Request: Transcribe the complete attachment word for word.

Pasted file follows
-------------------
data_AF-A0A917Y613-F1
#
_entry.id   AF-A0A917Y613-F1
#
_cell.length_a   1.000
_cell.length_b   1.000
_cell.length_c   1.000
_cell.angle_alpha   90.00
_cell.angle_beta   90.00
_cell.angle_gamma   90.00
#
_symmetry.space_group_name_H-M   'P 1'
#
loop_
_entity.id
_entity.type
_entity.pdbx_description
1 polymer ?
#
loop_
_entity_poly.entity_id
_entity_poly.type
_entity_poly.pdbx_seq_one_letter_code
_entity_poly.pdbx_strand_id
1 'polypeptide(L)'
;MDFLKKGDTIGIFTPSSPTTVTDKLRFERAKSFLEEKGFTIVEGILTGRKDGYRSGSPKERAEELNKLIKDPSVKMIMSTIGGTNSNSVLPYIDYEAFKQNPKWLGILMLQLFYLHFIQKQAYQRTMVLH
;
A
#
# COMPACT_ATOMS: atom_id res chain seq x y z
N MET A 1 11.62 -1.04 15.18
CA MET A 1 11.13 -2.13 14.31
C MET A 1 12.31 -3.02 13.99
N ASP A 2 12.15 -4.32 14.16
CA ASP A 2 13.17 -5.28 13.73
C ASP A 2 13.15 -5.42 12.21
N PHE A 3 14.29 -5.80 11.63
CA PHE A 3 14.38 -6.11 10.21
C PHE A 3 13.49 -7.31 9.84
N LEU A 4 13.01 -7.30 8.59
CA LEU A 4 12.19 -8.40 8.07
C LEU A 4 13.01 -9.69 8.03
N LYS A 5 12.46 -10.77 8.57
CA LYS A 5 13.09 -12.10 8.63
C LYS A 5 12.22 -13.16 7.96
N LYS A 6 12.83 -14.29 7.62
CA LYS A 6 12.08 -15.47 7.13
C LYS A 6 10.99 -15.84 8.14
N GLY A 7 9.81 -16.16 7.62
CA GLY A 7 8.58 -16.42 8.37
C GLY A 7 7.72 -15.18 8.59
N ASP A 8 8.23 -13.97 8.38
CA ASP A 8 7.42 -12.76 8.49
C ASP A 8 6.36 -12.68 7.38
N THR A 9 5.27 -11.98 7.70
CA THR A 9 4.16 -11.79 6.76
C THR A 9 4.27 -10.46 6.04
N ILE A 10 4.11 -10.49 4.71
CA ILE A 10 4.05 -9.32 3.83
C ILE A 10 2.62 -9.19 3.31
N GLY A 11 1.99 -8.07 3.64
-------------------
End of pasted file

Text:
data_AF-A0A917Y613-F1
#
_entry.id   AF-A0A917Y613-F1
#
_cell.length_a   1.000
_cell.length_b   1.000
_cell.length_c   1.000
_cell.angle_alpha   90.00
_cell.angle_beta   90.00
_cell.angle_gamma   90.00
#
_symmetry.space_group_name_H-M   'P 1'
#
loop_
_entity.id
_entity.type
_entity.pdbx_description
1 polymer ?
#
loop_
_entity_poly.entity_id
_entity_poly.type
_entity_poly.pdbx_seq_one_letter_code
_entity_poly.pdbx_strand_id
1 'polypeptide(L)'
;MDFLKKGDTIGIFTPSSPTTVTDKLRFERAKSFLEEKGFTIVEGILTGRKDGYRSGSPKERAEELNKLIKDPSVKMIMSTIGGTNSNSVLPYIDYEAFKQNPKWLGILMLQLFYLHFIQKQAYQRTMVLH
;
A
#
# COMPACT_ATOMS: atom_id res chain seq x y z
N MET A 1 11.62 -1.04 15.18
CA MET A 1 11.13 -2.13 14.31
C MET A 1 12.31 -3.02 13.99
N ASP A 2 12.15 -4.32 14.16
CA ASP A 2 13.17 -5.28 13.73
C ASP A 2 13.15 -5.42 12.21
N PHE A 3 14.29 -5.80 11.63
CA PHE A 3 14.38 -6.11 10.21
C PHE A 3 13.49 -7.31 9.84
N LEU A 4 13.01 -7.30 8.59
CA LEU A 4 12.19 -8.40 8.07
C LEU A 4 13.01 -9.69 8.03
N LYS A 5 12.46 -10.77 8.57
CA LYS A 5 13.09 -12.10 8.63
C LYS A 5 12.22 -13.16 7.96
N LYS A 6 12.83 -14.29 7.62
CA LYS A 6 12.08 -15.47 7.13
C LYS A 6 10.99 -15.84 8.14
N GLY A 7 9.81 -16.16 7.62
CA GLY A 7 8.58 -16.42 8.37
C GLY A 7 7.72 -15.18 8.59
N ASP A 8 8.23 -13.97 8.38
CA ASP A 8 7.42 -12.76 8.49
C ASP A 8 6.36 -12.68 7.38
N THR A 9 5.27 -11.98 7.70
CA THR A 9 4.16 -11.79 6.76
C THR A 9 4.27 -10.46 6.04
N ILE A 10 4.11 -10.49 4.71
CA ILE A 10 4.05 -9.32 3.83
C ILE A 10 2.62 -9.19 3.31
N GLY A 11 1.99 -8.07 3.64